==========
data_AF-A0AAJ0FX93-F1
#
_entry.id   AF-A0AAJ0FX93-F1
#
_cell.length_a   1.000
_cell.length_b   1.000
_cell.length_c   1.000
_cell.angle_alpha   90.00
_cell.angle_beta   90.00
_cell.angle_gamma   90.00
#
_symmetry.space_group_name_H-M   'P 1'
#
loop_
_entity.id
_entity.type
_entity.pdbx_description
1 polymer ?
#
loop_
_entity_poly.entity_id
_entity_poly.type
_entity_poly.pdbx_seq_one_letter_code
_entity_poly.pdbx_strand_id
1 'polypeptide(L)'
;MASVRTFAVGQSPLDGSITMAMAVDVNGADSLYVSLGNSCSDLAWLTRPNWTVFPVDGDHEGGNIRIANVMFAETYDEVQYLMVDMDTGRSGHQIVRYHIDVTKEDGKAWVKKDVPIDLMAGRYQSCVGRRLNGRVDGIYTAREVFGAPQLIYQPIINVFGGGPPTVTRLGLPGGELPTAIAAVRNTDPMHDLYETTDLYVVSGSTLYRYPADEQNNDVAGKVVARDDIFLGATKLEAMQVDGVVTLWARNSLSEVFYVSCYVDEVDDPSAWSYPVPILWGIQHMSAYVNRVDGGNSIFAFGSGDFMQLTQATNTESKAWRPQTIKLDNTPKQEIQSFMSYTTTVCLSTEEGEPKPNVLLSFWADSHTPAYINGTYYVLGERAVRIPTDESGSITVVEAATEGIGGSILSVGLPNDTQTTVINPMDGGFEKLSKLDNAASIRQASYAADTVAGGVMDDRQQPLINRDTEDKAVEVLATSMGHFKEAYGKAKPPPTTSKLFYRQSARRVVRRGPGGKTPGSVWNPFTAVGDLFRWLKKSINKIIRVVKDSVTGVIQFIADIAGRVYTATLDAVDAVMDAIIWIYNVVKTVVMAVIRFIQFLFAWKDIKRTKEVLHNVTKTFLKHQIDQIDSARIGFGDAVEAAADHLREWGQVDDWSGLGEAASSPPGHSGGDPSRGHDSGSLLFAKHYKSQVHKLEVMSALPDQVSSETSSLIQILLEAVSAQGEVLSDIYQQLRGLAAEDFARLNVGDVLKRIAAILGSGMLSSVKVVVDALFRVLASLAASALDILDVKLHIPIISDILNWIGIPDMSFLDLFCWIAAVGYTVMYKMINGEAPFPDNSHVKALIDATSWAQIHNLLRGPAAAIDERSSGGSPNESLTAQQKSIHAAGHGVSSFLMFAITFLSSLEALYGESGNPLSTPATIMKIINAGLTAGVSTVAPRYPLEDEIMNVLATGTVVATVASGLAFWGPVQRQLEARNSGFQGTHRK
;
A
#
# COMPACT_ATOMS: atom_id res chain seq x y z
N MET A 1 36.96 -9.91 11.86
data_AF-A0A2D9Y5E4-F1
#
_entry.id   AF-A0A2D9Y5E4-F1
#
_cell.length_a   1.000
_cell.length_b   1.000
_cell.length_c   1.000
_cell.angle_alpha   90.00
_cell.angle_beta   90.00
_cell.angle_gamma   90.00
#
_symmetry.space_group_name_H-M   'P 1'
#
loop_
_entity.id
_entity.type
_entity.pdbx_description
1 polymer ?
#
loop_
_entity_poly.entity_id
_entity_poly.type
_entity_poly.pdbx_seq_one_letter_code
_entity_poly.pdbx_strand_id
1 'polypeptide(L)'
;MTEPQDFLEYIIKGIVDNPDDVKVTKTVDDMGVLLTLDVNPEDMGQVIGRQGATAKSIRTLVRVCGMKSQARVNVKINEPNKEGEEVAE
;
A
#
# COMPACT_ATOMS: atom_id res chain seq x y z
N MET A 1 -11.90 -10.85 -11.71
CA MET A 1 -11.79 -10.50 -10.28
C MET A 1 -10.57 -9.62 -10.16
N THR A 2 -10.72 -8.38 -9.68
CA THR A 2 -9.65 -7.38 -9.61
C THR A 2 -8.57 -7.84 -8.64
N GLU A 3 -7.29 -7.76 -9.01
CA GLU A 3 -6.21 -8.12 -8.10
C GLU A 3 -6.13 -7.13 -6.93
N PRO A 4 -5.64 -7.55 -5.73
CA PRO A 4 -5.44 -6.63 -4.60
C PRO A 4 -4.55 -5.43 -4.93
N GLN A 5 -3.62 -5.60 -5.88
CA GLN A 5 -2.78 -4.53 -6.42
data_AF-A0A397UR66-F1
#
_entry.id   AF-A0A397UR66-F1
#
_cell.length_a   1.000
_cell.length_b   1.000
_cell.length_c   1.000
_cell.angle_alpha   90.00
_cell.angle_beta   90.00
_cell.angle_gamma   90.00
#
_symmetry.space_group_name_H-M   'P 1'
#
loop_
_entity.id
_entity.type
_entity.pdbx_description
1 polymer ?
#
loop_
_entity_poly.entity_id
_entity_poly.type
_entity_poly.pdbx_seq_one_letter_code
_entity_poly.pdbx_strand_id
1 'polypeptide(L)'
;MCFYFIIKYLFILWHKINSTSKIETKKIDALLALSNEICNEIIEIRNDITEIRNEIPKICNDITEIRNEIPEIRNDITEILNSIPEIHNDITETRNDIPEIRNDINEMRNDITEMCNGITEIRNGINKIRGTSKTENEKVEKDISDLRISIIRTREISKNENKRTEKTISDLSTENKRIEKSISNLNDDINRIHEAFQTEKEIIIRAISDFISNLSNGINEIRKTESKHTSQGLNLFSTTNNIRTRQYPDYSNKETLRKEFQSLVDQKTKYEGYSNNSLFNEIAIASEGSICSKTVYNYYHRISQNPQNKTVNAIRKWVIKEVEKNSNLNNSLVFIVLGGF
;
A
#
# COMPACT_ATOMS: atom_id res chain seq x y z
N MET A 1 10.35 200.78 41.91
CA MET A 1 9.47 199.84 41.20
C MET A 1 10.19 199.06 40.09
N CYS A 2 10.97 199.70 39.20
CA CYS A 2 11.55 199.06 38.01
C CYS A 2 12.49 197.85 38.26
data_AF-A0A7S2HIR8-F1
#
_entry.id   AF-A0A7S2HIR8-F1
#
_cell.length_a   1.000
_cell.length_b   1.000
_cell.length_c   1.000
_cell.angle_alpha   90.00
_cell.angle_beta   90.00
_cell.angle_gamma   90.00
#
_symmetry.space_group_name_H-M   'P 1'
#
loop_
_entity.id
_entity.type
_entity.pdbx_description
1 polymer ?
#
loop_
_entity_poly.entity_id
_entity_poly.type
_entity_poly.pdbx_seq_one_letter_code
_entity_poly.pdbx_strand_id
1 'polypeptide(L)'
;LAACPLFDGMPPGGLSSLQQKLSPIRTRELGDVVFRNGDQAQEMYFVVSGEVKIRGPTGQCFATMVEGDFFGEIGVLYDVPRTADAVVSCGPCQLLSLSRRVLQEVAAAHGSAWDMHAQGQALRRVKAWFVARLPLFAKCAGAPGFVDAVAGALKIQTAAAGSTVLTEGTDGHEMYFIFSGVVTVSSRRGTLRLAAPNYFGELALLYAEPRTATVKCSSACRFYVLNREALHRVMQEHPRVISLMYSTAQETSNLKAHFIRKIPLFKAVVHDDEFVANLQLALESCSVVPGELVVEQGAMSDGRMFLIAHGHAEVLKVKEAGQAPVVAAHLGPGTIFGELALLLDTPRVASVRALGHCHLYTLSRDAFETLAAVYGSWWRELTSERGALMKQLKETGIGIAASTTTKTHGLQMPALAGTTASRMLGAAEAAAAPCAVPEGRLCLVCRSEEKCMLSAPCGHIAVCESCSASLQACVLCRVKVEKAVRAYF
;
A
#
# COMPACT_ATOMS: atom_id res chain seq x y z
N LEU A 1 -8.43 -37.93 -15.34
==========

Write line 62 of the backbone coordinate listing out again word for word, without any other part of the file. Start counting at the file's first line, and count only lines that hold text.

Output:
N MET A 1 -11.90 -10.85 -11.71